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Your light rack?
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Jul 5, 2010
So a few of the route descriptions for some alpine climbs I'm looking at say to bring a "light rack" or a "skeleton rack". What does this mean to you? I almost always climb with a set of nuts, tricams .25-2 and .3-3 c4s. What would you pare down to make this a "skeleton rack"? Derek W
Joined Jun 27, 2008
0 points
Jul 5, 2010
mix small & large nuts maybe 6 total, tri-cams/hexes, yer-gonna-die aliens, singles of cams to 2" -- unless something sticks out as big needed. Possibly doubling up in the just off-fingers sizes; or gutting your cams to the 2-4 essential pieces; route dependent I guess.

You are basically looking to move fast & light and be efficient with anchors and climbing. Don't discount the possibility of natural chocks/boulders and the climbing rope as the anchor rig.

Possibly pins may be thought of; where I already have my tools and carry 6 or so, otherwise I won't think of pins.

Those alpine dyneema/spectra sling setups are way light.
Buff Johnson
Joined Dec 19, 2005
545 points
Jul 5, 2010
My non personal gear light rack is:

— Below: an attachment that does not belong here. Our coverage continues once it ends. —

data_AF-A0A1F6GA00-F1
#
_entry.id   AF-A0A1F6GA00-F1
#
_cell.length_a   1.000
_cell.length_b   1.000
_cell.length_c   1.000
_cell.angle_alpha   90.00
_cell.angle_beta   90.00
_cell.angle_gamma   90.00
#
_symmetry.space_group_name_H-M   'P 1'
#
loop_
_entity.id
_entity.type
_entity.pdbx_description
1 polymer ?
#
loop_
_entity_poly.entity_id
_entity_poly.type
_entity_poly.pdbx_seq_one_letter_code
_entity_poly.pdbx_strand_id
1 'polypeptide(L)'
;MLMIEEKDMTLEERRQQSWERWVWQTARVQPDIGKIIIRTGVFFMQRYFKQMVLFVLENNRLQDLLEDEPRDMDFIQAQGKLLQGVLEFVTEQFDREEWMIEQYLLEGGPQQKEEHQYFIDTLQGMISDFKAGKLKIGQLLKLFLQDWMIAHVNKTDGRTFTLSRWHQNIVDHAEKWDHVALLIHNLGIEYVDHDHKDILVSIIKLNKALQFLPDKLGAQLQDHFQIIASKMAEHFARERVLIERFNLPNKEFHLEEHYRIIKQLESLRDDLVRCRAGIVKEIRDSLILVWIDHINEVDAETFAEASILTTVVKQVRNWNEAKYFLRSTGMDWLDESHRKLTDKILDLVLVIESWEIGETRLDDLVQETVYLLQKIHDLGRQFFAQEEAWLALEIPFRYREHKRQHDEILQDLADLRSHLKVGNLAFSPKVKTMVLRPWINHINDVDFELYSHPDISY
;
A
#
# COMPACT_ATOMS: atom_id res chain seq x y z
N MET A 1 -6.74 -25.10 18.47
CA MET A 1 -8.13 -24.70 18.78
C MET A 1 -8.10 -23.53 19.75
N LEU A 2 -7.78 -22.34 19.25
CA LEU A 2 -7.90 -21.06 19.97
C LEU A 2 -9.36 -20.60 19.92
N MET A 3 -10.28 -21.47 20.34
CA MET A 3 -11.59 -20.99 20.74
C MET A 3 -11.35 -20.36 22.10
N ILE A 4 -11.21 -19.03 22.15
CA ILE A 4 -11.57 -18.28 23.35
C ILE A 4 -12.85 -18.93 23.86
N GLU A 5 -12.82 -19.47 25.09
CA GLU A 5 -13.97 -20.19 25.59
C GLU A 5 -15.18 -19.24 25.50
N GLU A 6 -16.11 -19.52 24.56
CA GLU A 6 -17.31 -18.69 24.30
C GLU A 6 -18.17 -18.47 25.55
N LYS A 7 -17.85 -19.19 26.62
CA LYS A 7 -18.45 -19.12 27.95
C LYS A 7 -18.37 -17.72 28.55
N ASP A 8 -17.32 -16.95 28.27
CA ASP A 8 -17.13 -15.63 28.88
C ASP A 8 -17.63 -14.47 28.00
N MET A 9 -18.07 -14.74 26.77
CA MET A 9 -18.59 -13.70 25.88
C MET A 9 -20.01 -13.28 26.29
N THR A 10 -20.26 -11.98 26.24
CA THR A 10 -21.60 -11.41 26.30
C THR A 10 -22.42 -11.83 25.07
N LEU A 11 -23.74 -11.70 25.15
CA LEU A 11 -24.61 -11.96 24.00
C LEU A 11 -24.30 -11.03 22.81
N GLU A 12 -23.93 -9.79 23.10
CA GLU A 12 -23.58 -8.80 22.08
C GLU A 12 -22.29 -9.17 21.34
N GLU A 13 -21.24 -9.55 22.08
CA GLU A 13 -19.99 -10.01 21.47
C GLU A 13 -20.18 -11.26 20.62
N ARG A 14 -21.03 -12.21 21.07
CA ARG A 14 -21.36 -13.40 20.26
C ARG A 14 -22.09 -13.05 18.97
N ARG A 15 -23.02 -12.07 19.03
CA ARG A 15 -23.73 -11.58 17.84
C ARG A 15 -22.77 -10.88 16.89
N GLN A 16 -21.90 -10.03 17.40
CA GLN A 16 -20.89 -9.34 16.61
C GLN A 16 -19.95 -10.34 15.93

WC super light rocks
Pink tricam
Blue and Yellow TCU
BD .5 to 1 (or 2)
~5 shoulder length draws
2 double length draws

This assumes short pitches or big runouts on easy terrain. Almost always a leader does not fall situation or simul climbing. I will add a big hex or ice screws or pitons as needed. If I think I will need more pieces I add my BD nuts.
Chris Plesko
From Westminster, CO
Joined Oct 18, 2007
245 points
Jul 5, 2010
some nuts, 2 link cams, 7.7 mil ice line (doubled over)
Rock Climbing Photo: Matthes Crest Rack
Matthes Crest Rack

Rock Climbing Photo: snake dike topout
snake dike topout
Jordan Ramey
From Calgary, Alberta
Joined Jun 15, 2006
3,805 points
Jul 5, 2010
It also depends a lot on the type of rock. The cracks in RMNP and the Indian peaks tend to be very featured and take passive gear really well. I've done a fair amount of climbing there with just a set of stoppers and a set of hexes. Obviously, this plan wouldn't work so well in Indian Creek. Chris Sheridan
From Boulder, CO
Joined Jan 18, 2006
1,460 points
Jul 5, 2010
This post reminded of a Patagonia Video on YouTube. Check out Steve House's "light" rack for Nanga Parbat (starting around 3:40). Cool video otherwise.
Cory Sipher
From Roseburg, OR
Joined Jun 11, 2006
0 points
Feb 7, 2011
Boy that’s a pretty open question. Depends on the route, beta on the route, ability/probability to bail, grade, and your comfort at that grade. Sounds like you are talking about strictly rock. In that case climbing at a grade I am comfortable here’s what I would bring:
mid size nuts
tri-cams for the upper size of nuts and lower size of cams
couple of link cams
maybe a BD #3 if called for
From Your moms house last night
Joined Sep 6, 2010
5 points
Feb 7, 2011
small to medium nuts singles
small aliens to gold camelot---singles
no tricams

From new hampshire
Joined Apr 13, 2009
50 points
Feb 24, 2011
skimp on big gear, and carabiners. if you bring alpine slings only bring 1 biner on each. losing 8-10 biners will lighten up your rack big time! Greg G
From SLC, UT
Joined Oct 3, 2008
523 points

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